©1998 Stephen E. Ambrose, All Rights Reserved; (P)1998 Simon & Schuster Audio, All Rights Reserved, AUDIOWORKS is an Imprint of Simon & Schuster Audio Division, Simon & Schuster Inc.
Not a whole lot new here if you read Stephen Ambrose books. Stephen Ambrose seems to use passages from other books he's written constantly. I have read 5 of his books and all have whole paragrphs ripped from one or another of his other books.
I sort of feel cheated actually.
Ambrose is a master of this kind of work. The narration is clear and does not get in the way of the great writing. I had hoped for more of an insight into Eisenhower whereas the work is really much more about the whole European Theatre of Operations. There is a fair amount of material which is really a cut & paste from Band Of Brothers and/or D Day by the same author but this material is appropriate and does not suffer from repetition. A good listen for anybody who has even the slightest interest in this period of history.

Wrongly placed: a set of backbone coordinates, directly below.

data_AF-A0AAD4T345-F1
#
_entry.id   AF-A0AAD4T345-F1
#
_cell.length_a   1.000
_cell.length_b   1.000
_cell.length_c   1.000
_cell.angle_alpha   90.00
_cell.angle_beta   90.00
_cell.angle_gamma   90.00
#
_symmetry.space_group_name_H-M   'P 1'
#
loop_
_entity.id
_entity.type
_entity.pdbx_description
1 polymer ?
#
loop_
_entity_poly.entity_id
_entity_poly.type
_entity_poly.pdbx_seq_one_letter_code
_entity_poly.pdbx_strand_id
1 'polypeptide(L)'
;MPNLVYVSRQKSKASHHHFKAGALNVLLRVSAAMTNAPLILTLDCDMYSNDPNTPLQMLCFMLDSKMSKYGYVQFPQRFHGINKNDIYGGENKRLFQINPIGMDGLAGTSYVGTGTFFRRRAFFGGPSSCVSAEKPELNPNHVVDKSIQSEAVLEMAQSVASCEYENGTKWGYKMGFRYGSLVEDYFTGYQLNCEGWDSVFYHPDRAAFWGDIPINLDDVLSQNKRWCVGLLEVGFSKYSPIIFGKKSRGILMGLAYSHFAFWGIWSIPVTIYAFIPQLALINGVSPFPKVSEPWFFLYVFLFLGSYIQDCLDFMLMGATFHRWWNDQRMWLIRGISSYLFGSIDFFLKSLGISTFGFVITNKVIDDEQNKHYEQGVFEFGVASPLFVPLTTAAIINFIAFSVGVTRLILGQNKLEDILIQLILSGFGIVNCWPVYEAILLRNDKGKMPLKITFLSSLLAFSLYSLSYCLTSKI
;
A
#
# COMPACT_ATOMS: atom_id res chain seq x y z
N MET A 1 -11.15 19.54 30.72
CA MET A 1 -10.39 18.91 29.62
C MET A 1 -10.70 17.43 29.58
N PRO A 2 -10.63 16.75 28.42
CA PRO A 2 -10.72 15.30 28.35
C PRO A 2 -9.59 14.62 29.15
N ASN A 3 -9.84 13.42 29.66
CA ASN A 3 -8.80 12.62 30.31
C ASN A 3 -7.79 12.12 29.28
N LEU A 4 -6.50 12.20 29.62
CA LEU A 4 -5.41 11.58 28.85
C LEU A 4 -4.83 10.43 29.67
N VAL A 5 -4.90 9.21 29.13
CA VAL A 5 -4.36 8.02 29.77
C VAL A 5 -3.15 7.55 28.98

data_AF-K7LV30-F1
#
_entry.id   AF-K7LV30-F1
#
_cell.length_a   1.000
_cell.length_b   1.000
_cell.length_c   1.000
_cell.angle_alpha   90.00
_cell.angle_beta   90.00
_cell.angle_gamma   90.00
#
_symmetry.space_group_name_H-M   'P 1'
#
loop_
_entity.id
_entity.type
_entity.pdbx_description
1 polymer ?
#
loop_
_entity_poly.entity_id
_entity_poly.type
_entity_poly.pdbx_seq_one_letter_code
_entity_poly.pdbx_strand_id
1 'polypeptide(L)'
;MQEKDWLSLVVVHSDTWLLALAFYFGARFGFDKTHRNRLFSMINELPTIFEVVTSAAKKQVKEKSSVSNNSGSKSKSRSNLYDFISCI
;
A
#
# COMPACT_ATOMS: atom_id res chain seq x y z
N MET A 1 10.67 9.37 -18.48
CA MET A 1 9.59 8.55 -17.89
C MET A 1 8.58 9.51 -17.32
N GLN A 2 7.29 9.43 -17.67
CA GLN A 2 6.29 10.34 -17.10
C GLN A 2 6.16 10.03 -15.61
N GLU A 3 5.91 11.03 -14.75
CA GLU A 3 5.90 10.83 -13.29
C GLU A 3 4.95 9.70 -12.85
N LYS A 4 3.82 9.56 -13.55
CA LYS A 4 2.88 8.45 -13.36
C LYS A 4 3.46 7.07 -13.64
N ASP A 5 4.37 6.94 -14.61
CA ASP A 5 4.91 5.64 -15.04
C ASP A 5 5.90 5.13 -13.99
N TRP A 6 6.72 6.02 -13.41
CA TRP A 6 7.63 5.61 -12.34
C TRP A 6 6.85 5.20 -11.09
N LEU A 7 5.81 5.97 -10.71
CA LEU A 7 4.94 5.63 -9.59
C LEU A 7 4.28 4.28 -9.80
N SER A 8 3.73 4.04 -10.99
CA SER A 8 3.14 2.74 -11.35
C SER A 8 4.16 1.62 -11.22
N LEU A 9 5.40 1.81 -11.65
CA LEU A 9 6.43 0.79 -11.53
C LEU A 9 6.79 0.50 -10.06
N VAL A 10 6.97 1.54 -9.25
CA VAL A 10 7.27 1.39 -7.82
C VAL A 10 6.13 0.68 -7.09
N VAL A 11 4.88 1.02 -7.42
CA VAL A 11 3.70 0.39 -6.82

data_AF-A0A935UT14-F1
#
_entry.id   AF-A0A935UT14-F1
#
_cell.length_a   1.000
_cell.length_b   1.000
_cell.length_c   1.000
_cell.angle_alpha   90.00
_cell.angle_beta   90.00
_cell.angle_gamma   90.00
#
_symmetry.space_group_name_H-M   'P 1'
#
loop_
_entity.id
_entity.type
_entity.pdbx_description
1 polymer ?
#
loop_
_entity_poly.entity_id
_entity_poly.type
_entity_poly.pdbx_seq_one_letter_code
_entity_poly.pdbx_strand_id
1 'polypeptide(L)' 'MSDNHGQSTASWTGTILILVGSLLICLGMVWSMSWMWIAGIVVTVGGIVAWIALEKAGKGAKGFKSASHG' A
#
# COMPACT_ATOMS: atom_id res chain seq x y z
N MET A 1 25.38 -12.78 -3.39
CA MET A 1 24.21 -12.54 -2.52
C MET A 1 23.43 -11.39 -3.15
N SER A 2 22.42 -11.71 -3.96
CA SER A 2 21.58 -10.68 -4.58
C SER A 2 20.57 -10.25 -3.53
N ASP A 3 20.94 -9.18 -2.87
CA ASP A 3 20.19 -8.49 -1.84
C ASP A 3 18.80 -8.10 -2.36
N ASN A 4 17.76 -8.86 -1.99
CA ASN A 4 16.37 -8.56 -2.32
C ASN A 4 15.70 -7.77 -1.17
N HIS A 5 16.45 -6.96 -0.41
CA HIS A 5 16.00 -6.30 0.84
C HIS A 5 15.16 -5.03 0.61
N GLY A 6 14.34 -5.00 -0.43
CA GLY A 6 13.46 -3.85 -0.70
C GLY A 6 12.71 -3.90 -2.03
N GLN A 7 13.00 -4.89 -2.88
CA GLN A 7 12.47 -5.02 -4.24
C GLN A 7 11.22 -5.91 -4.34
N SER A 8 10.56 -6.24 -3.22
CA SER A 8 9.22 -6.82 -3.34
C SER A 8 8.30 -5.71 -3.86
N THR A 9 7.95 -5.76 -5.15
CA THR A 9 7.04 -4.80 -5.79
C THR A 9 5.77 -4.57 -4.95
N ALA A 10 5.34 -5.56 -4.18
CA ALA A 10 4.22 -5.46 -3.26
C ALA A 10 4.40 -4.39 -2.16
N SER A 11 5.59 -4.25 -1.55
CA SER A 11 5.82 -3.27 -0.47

From the book description I was lead to believe the Steven Ambrose was going to address the personalities of Eisenhower and the Generals that reported to him. I was very interested to read how the massive personalities and egos of WWII interacted. To read insight into the disagreements and politics of high military command. This text delivered on none of that.
Instead, It is primarily a rehash of Ambrose's other work. There was little in this book that was new. Basically a rereading of parts of "Band of Brothers."
Yes. Ambrose is an excellent writer and has a great passion for the history of WWII.
The "Band of Brothers" was excellent. And another title that I cannot recall currently, I wound informative and a good read. This particular text did not deliver on what the book jacket implied would be covered. To little new stories, a lot of the same old, same old.
It is, alas, too much like a highlight reel (as another reviewer noted) and if I'd noticed it was abridged, I'd never have bought it. My mistake.
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